The athletes in these huge professional sporting events are under supreme amounts of pressure that normal people would not understand.  However, I feel these pressures should not lead to cheating.

Many have this same opinion.  Steroids give the athletes a greater chance of winning because they could increase one’s muscle mass, strength, or even the ability to intake oxygen, making the athlete significantly better than themselves when not on steroids.  The athletes are given an unfair advantage when using a form of drugs.

In order to make the competition fair, there must be no use of steroids by any athlete to ensure that they are all on the same playing field.  This is what makes the top sporting events like the Olympics so intriguing. With large worldwide events approaching, the suspicions of foul play increase.  Every athlete is more prepared to be drug tested or caught during these times.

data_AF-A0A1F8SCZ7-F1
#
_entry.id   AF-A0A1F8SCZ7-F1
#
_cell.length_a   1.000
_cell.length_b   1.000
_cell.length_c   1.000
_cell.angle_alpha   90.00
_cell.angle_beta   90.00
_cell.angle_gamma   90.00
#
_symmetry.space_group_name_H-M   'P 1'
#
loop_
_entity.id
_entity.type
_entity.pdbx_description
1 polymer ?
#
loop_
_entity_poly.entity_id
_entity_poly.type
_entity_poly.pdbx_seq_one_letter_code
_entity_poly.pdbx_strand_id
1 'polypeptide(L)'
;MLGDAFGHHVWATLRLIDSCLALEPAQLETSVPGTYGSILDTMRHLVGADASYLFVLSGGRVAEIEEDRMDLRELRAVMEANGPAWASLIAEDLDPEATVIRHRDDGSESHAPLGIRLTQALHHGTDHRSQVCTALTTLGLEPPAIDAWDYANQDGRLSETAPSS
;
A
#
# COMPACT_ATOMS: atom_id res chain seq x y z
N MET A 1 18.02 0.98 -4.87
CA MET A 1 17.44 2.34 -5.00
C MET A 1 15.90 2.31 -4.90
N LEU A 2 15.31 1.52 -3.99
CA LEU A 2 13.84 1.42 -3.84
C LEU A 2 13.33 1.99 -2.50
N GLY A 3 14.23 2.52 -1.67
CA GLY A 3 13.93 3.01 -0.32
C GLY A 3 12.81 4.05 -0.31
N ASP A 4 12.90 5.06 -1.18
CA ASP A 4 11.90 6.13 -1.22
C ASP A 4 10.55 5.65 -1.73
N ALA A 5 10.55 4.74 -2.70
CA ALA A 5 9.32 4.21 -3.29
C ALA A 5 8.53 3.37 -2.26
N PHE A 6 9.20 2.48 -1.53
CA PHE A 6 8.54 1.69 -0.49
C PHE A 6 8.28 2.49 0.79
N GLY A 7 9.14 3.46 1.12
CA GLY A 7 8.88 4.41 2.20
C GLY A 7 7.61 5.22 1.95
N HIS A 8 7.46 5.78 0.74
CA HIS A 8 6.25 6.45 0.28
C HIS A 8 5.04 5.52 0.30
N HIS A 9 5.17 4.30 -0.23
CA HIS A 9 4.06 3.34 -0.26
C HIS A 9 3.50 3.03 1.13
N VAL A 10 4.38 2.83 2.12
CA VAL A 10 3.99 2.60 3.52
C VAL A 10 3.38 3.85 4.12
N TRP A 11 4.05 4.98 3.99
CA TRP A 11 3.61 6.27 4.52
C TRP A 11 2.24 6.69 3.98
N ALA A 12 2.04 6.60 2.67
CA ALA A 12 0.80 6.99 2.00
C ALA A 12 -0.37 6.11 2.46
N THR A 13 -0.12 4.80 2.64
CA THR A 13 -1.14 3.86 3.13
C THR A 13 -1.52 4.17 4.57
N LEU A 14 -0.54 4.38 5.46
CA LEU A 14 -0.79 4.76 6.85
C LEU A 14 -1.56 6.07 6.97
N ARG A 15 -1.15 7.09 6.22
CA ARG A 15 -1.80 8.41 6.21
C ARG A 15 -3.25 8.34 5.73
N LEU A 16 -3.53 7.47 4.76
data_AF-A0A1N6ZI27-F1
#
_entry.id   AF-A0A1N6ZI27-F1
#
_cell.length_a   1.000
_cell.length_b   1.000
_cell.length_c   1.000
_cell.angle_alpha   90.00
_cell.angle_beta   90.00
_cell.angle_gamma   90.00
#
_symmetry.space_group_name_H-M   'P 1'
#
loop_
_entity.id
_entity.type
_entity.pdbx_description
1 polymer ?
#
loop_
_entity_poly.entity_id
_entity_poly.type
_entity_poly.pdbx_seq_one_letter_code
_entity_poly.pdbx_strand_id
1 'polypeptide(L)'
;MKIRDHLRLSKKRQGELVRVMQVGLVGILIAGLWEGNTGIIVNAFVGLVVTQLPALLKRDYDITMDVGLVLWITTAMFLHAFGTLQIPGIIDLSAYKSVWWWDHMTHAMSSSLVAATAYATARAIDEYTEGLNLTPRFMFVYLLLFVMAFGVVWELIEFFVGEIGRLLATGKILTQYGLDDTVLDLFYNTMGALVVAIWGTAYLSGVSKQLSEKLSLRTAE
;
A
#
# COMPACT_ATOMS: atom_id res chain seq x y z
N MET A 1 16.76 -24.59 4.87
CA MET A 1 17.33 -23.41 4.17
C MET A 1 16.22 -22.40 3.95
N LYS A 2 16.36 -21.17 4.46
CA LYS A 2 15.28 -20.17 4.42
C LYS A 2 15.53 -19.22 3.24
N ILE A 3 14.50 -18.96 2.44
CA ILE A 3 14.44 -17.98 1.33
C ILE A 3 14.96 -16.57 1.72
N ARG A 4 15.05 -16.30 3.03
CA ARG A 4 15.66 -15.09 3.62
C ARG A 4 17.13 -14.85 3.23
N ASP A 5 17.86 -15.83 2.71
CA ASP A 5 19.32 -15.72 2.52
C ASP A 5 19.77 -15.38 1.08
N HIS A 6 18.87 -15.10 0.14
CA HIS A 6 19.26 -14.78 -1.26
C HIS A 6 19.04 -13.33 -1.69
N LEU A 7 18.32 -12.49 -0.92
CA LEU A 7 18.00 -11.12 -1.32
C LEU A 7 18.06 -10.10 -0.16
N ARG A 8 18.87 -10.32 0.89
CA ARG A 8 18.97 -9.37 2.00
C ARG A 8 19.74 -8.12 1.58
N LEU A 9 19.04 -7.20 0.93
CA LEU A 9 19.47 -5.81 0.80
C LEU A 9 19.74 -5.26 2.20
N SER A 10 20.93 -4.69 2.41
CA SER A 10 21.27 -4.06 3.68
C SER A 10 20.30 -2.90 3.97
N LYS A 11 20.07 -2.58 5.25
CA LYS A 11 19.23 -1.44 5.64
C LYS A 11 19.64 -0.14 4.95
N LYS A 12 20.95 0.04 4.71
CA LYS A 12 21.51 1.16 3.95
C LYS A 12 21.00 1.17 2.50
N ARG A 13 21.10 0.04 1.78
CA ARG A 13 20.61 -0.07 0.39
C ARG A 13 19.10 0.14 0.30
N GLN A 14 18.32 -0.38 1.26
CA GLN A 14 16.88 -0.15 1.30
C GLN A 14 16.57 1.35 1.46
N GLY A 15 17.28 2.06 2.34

However, what many people don’t realize is that some high school and college athletes are going through similar pressures every day of their seasons.  They feel the pressure to perform and turn to performance-enhancing drugs.

According to the National Federation of State High School Association’s infographic by Jane Otterson of Confirm Biosciences, “3-12% of adolescent males and 1-2% adolescent females admit to using [anabolic steroids] at some time during their life.”

Even though there is not a significant percentage of children that admitted to it, there are still children using the drugs.  Student-athletes should not feel the amount of pressure that they determine that they must turn to drugs that make them better.

The presence of steroids in the news make it more well-known and accessible to young adults like high school students to get them.  Students are easily impacted by those they look up to.

“4/10 teens say their decision to take steroids was inspired by professional athletes who took them,” Otterson said.

3-12% of adolescent males and 1-2% adolescent females admit to using [anabolic steroids] at some time during their life.”